Mr. Gordon said Zynga had failed to prioritize mobile development and found that its online games didn’t easily translate to smartphones’ smaller screens. “Mobile turned out to be more different than anyone expected, in terms of monetization and also user experience,” he said.
Glu, and lots of other app developers.
I’ve written previously that we can expect app developers to quickly adapt to the iPhone 5. The game developers that will win on iOS in Q3 and Q4 will be the ones like Glu that can take advantage of the higher CPU and graphics for better gameplay.
Shares of Facebook (FB) are coming under pressure … as the stock receives a raft of cuts in price target, with BMO Capital, Stifel Nicolaus, and Merrill Lynch all offering targets in a range of $23 to as low as $15.
Merrill Lynch’s Justin Post, cutting his target to $23 from $35, writes “Facebook has multiple lock-up expirations over the next year (see Table 1) and recent selling activity on the August lock-up suggests to us the risk of future selling pressure. The biggest lock up date is 11/14 (40% of shares eligible for sale), and we wouldn’t expect stock to see buying momentum until December.”
Again, while I do think Facebook will be a good stock in the long run (and Zynga for that matter — remember don’t count out the grasshopper), right now it is just very painful. The short interest and so many shares flooding the market means their share prices will stay down. As Post says above, you’re better off waiting for better prices until at least December. If not next summer.
Don’t Count Out The Grasshopper
Rifkin points out that Facebook right now is similar to the Ant — in it for the long haul, cautiously spending, and storing their cash hoard for the future when times may not be so good. On the other hand, Zynga is the Grasshopper — living in the now, enjoying the times, spending lots on acquisitions, and cashing out investors wherever possible.
While good to think through Adam’s points, I do think this is being a bit too simplistic. Not to say that Zynga hasn’t made mistakes. They certainly have. Pincus’ own sale in the secondary offering being the top one. (Although I’d argue since he some much personal wealth tied up, it would have been irrational for him not to. Still, investors don’t like to see it.) Their acquisition of OMGPOP is also questionable. Time will tell if that studio comes out with more hits.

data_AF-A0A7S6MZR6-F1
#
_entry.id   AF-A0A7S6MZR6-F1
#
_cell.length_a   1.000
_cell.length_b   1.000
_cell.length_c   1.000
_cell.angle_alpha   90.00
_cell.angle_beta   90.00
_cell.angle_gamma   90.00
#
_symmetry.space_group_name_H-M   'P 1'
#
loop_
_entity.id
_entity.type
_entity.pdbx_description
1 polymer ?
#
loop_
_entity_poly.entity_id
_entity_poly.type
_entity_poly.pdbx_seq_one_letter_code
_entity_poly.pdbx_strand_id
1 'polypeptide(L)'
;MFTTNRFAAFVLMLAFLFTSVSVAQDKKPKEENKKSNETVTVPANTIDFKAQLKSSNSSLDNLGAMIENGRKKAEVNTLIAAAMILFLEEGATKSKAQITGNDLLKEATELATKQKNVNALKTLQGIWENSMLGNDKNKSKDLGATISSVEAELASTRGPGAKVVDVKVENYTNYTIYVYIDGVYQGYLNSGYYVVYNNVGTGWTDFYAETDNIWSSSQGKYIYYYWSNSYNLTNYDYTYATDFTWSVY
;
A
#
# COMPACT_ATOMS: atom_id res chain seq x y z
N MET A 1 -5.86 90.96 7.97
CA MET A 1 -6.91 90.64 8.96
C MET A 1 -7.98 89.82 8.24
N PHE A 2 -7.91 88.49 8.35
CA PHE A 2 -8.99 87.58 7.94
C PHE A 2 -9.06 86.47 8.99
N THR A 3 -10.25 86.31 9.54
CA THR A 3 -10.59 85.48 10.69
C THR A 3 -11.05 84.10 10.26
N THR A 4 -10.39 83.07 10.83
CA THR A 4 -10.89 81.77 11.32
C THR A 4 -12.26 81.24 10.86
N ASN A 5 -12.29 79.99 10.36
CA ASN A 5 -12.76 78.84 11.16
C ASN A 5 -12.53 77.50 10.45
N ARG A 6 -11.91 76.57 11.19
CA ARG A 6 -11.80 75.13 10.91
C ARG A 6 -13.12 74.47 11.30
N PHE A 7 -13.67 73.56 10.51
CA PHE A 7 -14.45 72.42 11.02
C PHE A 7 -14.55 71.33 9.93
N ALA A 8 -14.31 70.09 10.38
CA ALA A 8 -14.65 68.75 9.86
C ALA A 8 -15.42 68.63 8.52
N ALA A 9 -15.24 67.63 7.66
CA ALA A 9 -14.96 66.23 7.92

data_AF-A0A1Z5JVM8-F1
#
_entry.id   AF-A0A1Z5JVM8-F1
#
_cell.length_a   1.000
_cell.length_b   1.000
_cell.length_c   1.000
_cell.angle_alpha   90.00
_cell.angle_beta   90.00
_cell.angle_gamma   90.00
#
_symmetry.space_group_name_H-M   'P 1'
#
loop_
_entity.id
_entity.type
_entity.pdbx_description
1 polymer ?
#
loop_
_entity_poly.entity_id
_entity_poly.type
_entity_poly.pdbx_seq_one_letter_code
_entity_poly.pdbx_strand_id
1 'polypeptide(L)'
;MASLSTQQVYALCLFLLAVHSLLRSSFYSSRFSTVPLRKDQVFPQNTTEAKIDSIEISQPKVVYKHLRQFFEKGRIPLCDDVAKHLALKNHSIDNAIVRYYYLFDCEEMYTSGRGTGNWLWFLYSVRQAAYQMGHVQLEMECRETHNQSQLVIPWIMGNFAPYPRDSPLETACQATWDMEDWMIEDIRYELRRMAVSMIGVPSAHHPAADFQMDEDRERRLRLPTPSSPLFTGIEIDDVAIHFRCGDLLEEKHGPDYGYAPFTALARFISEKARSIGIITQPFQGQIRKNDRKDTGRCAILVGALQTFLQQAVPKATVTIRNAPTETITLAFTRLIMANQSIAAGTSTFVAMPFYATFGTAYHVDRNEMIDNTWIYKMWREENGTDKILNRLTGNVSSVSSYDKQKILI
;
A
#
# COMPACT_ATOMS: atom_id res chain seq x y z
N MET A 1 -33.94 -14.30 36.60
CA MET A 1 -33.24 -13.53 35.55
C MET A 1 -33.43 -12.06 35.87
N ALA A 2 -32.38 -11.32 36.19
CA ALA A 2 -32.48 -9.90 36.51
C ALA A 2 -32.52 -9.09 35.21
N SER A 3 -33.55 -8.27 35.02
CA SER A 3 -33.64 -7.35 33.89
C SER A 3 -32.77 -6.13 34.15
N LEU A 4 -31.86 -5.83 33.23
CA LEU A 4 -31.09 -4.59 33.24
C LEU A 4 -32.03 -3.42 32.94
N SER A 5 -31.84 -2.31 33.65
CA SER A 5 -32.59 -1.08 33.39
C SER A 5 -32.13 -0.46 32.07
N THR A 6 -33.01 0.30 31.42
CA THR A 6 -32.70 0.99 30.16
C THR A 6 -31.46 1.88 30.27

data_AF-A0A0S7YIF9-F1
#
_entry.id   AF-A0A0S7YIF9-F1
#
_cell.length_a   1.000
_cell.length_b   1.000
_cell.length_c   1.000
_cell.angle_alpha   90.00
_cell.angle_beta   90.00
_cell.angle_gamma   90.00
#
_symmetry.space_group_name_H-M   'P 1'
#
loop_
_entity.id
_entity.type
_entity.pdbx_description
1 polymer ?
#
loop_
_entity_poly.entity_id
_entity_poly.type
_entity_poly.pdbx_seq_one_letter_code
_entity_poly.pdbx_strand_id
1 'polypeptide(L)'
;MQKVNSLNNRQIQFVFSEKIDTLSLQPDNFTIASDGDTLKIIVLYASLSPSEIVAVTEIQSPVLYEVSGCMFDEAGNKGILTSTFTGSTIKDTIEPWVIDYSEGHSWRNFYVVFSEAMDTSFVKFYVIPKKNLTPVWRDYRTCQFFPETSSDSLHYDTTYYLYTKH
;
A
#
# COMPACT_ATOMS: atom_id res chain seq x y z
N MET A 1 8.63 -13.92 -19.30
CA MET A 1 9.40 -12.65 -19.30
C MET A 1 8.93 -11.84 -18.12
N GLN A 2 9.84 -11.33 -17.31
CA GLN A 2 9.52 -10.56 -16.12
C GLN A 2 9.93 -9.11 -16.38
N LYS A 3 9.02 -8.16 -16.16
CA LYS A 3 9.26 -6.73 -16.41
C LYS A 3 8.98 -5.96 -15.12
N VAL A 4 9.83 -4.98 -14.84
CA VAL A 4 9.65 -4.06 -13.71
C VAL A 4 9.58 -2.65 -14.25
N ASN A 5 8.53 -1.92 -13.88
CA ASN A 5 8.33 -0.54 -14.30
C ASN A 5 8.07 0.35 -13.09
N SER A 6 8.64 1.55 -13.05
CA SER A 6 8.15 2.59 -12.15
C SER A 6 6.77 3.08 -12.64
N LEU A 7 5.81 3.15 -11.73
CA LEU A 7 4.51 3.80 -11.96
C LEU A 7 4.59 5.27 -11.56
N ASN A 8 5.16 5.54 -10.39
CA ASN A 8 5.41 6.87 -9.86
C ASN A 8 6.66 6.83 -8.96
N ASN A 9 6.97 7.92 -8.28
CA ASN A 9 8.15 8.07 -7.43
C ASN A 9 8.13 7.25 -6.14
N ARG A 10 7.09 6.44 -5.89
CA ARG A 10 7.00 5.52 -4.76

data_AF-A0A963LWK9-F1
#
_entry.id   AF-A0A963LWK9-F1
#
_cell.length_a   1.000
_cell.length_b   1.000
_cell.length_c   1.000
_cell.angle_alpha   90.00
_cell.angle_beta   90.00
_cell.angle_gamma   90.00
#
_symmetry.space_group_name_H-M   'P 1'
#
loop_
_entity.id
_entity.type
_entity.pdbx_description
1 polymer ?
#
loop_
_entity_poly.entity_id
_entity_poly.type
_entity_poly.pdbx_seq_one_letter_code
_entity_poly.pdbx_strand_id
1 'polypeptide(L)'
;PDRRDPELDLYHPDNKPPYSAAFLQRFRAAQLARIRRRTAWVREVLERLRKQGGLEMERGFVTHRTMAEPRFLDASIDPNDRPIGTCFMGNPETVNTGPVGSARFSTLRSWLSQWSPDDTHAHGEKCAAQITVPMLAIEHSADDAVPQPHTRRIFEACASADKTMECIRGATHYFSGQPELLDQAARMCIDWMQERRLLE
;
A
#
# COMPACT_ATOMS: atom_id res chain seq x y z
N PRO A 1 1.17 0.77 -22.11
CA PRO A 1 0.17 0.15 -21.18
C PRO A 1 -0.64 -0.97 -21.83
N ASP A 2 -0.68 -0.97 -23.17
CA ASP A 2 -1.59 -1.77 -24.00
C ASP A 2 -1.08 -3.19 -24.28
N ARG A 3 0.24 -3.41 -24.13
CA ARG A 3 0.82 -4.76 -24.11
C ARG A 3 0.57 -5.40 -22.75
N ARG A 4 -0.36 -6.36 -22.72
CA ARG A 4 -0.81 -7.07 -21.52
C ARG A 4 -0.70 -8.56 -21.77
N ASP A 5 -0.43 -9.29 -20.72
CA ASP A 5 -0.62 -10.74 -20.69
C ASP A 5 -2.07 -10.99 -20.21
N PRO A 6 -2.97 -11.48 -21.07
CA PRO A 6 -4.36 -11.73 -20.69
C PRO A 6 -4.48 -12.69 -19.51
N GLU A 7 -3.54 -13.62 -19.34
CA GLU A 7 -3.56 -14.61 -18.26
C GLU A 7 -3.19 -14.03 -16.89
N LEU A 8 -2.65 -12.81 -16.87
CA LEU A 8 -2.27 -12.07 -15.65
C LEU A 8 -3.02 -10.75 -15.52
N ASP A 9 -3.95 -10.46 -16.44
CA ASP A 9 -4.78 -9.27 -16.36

But I know from firsthand experience at a Mark Pincus interview that Pincus does have the long-term view. He wants Zynga to become an “Internet Treasure” and I think they are well on their way to becoming that.
Here are a few things that the Grasshopper has going for it:
Delivering Hits — While gaming is a hits based business, Zynga seems to have found the formula to deliver on those hits fairly routinely. They have huge network effects with the “With Friends” franchise and other games from which they can drive installs for their newer games. So Zynga consistently gets new games into the top 10 with relative ease and not too much marketing spend.
Crossing Generational Gaps — Zynga has also done a better job at crossing generational gaps than lots of companies (e.g. think playing Matching with Friends with your Mom). I think there will eventually be huge value in that.
Online Gambling Prospects — Once online gambling becomes legal (which it eventually will because governments are losing too much money) Zynga will have a huge cash cow in the form of Zynga Poker and Zynga Slots.
Social gaming is going to be around a long time. As much as people argue about Zynga games being a waste of time (“shouldn’t we be learning to code or reading instead?”), the fact is people love playing games. In 10, 50 and 100 years, people will still enjoy playing games with their friends. I’m not sure about 50 or 100 years, but right now Zynga is in a good position to lead the social gaming charge for at least the foreseeable future.
All that is to say, don’t count out the Grasshopper. I think he still has a few things going for him.
Interesting infographic from Econsultancy on mobile gaming and how it has become a more than $12 billion dollar industry.
Today Facebook reported its second quarter financial results, including revenues of $1.18 billion, and earnings per share of $0.12. Analysts had expected revenues of $1.15 billion, and non-GAAP earnings per share of $0.12. Ad revenue was expected to be $921 million. For the quarter, the company reported ad revenue of $922 million, beating that expectation by a hair.
All in all, matched expectations but not a blow out. The Street doesn’t like it either, Facebook’s stock is down 8% in after hours. Although not as bad as Zynga’s results yesterday (down 40%).
But right now, both of these stocks seem very painful to own. The short interest on them is so high that the fluctuations on them are wild each way.
I do think that both of these companies will be around for a long time. The goal, as Mark Pincus said in his PandoMonthly talk, is to become an Internet treasure (defined by lasting decades) and I think both of these companies are well on their way to becoming that. But right now, both of these stocks seem very painful to own. The short interest on them is so high that the fluctuations on them are wild each way.